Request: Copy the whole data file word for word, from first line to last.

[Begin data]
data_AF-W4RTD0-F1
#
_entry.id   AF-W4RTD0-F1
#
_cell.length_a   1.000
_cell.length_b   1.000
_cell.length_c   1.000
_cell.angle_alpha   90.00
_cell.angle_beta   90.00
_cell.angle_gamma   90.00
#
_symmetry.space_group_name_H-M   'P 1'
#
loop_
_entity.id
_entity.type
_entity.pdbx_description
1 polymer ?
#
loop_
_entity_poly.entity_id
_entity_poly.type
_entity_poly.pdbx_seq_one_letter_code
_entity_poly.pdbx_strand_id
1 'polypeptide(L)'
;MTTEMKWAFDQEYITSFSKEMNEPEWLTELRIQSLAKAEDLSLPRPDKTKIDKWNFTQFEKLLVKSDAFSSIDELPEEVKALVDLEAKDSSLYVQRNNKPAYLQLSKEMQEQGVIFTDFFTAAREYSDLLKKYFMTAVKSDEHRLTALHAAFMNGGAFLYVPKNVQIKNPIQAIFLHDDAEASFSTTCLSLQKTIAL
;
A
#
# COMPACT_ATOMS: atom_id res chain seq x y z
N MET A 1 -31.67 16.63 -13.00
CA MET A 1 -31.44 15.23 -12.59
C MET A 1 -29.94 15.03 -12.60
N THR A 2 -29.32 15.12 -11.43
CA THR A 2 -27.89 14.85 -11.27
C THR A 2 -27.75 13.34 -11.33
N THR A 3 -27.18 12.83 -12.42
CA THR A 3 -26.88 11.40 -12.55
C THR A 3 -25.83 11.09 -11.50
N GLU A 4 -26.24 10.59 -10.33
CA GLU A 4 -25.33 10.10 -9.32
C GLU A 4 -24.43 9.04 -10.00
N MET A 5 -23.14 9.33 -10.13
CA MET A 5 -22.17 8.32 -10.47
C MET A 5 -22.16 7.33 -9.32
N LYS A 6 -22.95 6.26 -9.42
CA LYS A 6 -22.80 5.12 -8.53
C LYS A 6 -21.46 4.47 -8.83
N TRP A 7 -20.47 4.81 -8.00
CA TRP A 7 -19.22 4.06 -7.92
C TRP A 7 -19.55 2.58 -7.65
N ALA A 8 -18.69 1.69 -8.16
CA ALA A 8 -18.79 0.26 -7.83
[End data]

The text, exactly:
data_AF-W4RTD0-F1
#
_entry.id   AF-W4RTD0-F1
#
_cell.length_a   1.000
_cell.length_b   1.000
_cell.length_c   1.000
_cell.angle_alpha   90.00
_cell.angle_beta   90.00
_cell.angle_gamma   90.00
#
_symmetry.space_group_name_H-M   'P 1'
#
loop_
_entity.id
_entity.type
_entity.pdbx_description
1 polymer ?
#
loop_
_entity_poly.entity_id
_entity_poly.type
_entity_poly.pdbx_seq_one_letter_code
_entity_poly.pdbx_strand_id
1 'polypeptide(L)'
;MTTEMKWAFDQEYITSFSKEMNEPEWLTELRIQSLAKAEDLSLPRPDKTKIDKWNFTQFEKLLVKSDAFSSIDELPEEVKALVDLEAKDSSLYVQRNNKPAYLQLSKEMQEQGVIFTDFFTAAREYSDLLKKYFMTAVKSDEHRLTALHAAFMNGGAFLYVPKNVQIKNPIQAIFLHDDAEASFSTTCLSLQKTIAL
;
A
#
# COMPACT_ATOMS: atom_id res chain seq x y z
N MET A 1 -31.67 16.63 -13.00
CA MET A 1 -31.44 15.23 -12.59
C MET A 1 -29.94 15.03 -12.60
N THR A 2 -29.32 15.12 -11.43
CA THR A 2 -27.89 14.85 -11.27
C THR A 2 -27.75 13.34 -11.33
N THR A 3 -27.18 12.83 -12.42
CA THR A 3 -26.88 11.40 -12.55
C THR A 3 -25.83 11.09 -11.50
N GLU A 4 -26.24 10.59 -10.33
CA GLU A 4 -25.33 10.10 -9.32
C GLU A 4 -24.43 9.04 -10.00
N MET A 5 -23.14 9.33 -10.13
CA MET A 5 -22.17 8.32 -10.47
C MET A 5 -22.16 7.33 -9.32
N LYS A 6 -22.95 6.26 -9.42
CA LYS A 6 -22.80 5.12 -8.53
C LYS A 6 -21.46 4.47 -8.83
N TRP A 7 -20.47 4.81 -8.00
CA TRP A 7 -19.22 4.06 -7.92
C TRP A 7 -19.55 2.58 -7.65
N ALA A 8 -18.69 1.69 -8.16
CA ALA A 8 -18.79 0.26 -7.83